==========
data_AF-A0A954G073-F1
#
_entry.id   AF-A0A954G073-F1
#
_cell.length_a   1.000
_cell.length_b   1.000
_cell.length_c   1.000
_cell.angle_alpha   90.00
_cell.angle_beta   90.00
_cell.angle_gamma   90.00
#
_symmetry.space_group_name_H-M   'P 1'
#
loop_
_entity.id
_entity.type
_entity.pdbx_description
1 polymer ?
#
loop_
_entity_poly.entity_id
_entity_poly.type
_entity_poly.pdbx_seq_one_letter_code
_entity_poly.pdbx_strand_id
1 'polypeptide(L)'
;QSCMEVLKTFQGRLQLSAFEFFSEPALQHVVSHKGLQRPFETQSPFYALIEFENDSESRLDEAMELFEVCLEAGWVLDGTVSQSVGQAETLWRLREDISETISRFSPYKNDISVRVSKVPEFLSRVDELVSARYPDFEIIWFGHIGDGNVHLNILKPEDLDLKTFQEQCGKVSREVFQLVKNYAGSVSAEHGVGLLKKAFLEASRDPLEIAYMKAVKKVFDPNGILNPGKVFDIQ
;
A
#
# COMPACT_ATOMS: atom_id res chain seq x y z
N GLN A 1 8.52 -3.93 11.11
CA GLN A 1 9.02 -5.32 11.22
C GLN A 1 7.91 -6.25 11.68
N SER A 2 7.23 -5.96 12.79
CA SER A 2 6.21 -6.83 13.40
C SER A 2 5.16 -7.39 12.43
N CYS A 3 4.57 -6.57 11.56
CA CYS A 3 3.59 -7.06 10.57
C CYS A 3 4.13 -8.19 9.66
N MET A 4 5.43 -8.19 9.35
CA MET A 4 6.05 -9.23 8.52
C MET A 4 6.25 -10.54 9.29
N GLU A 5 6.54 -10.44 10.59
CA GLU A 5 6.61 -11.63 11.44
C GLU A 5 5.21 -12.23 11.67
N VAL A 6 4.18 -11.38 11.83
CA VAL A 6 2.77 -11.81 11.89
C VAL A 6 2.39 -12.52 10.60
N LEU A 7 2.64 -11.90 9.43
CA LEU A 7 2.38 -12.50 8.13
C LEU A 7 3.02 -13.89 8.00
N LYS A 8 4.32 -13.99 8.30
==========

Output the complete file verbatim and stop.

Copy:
data_AF-A0A954G073-F1
#
_entry.id   AF-A0A954G073-F1
#
_cell.length_a   1.000
_cell.length_b   1.000
_cell.length_c   1.000
_cell.angle_alpha   90.00
_cell.angle_beta   90.00
_cell.angle_gamma   90.00
#
_symmetry.space_group_name_H-M   'P 1'
#
loop_
_entity.id
_entity.type
_entity.pdbx_description
1 polymer ?
#
loop_
_entity_poly.entity_id
_entity_poly.type
_entity_poly.pdbx_seq_one_letter_code
_entity_poly.pdbx_strand_id
1 'polypeptide(L)'
;QSCMEVLKTFQGRLQLSAFEFFSEPALQHVVSHKGLQRPFETQSPFYALIEFENDSESRLDEAMELFEVCLEAGWVLDGTVSQSVGQAETLWRLREDISETISRFSPYKNDISVRVSKVPEFLSRVDELVSARYPDFEIIWFGHIGDGNVHLNILKPEDLDLKTFQEQCGKVSREVFQLVKNYAGSVSAEHGVGLLKKAFLEASRDPLEIAYMKAVKKVFDPNGILNPGKVFDIQ
;
A
#
# COMPACT_ATOMS: atom_id res chain seq x y z
N GLN A 1 8.52 -3.93 11.11
CA GLN A 1 9.02 -5.32 11.22
C GLN A 1 7.91 -6.25 11.68
N SER A 2 7.23 -5.96 12.79
CA SER A 2 6.21 -6.83 13.40
C SER A 2 5.16 -7.39 12.43
N CYS A 3 4.57 -6.57 11.56
CA CYS A 3 3.59 -7.06 10.57
C CYS A 3 4.13 -8.19 9.66
N MET A 4 5.43 -8.19 9.35
CA MET A 4 6.05 -9.23 8.52
C MET A 4 6.25 -10.54 9.29
N GLU A 5 6.54 -10.44 10.59
CA GLU A 5 6.61 -11.63 11.44
C GLU A 5 5.21 -12.23 11.67
N VAL A 6 4.18 -11.38 11.83
CA VAL A 6 2.77 -11.81 11.89
C VAL A 6 2.39 -12.52 10.60
N LEU A 7 2.64 -11.90 9.43
CA LEU A 7 2.38 -12.50 8.13
C LEU A 7 3.02 -13.89 8.00
N LYS A 8 4.32 -13.99 8.30